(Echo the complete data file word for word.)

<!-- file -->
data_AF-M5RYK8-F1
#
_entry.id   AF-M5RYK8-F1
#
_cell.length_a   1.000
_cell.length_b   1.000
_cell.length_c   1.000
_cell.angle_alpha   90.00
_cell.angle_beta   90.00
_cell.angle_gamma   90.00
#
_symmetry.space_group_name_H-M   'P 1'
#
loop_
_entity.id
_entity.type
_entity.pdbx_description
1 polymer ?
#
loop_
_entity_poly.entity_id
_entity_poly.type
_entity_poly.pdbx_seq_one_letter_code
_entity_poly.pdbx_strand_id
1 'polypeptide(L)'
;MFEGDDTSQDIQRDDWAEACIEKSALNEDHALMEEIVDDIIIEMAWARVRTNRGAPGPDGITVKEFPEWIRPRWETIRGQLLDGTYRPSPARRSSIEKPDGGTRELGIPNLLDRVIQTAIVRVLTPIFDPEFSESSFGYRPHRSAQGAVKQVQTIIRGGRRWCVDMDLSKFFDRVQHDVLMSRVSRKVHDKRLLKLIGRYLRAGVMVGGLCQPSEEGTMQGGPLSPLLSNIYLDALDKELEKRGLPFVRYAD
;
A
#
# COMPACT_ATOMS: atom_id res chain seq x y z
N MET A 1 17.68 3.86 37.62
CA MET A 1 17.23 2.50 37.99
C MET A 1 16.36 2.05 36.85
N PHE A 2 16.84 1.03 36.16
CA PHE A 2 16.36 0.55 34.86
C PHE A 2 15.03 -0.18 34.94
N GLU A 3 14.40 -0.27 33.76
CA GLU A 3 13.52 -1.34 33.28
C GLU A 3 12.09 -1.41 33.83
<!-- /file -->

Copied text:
data_AF-M5RYK8-F1
#
_entry.id   AF-M5RYK8-F1
#
_cell.length_a   1.000
_cell.length_b   1.000
_cell.length_c   1.000
_cell.angle_alpha   90.00
_cell.angle_beta   90.00
_cell.angle_gamma   90.00
#
_symmetry.space_group_name_H-M   'P 1'
#
loop_
_entity.id
_entity.type
_entity.pdbx_description
1 polymer ?
#
loop_
_entity_poly.entity_id
_entity_poly.type
_entity_poly.pdbx_seq_one_letter_code
_entity_poly.pdbx_strand_id
1 'polypeptide(L)'
;MFEGDDTSQDIQRDDWAEACIEKSALNEDHALMEEIVDDIIIEMAWARVRTNRGAPGPDGITVKEFPEWIRPRWETIRGQLLDGTYRPSPARRSSIEKPDGGTRELGIPNLLDRVIQTAIVRVLTPIFDPEFSESSFGYRPHRSAQGAVKQVQTIIRGGRRWCVDMDLSKFFDRVQHDVLMSRVSRKVHDKRLLKLIGRYLRAGVMVGGLCQPSEEGTMQGGPLSPLLSNIYLDALDKELEKRGLPFVRYAD
;
A
#
# COMPACT_ATOMS: atom_id res chain seq x y z
N MET A 1 17.68 3.86 37.62
CA MET A 1 17.23 2.50 37.99
C MET A 1 16.36 2.05 36.85
N PHE A 2 16.84 1.03 36.16
CA PHE A 2 16.36 0.55 34.86
C PHE A 2 15.03 -0.18 34.94
N GLU A 3 14.40 -0.27 33.76
CA GLU A 3 13.52 -1.34 33.28
C GLU A 3 12.09 -1.41 33.83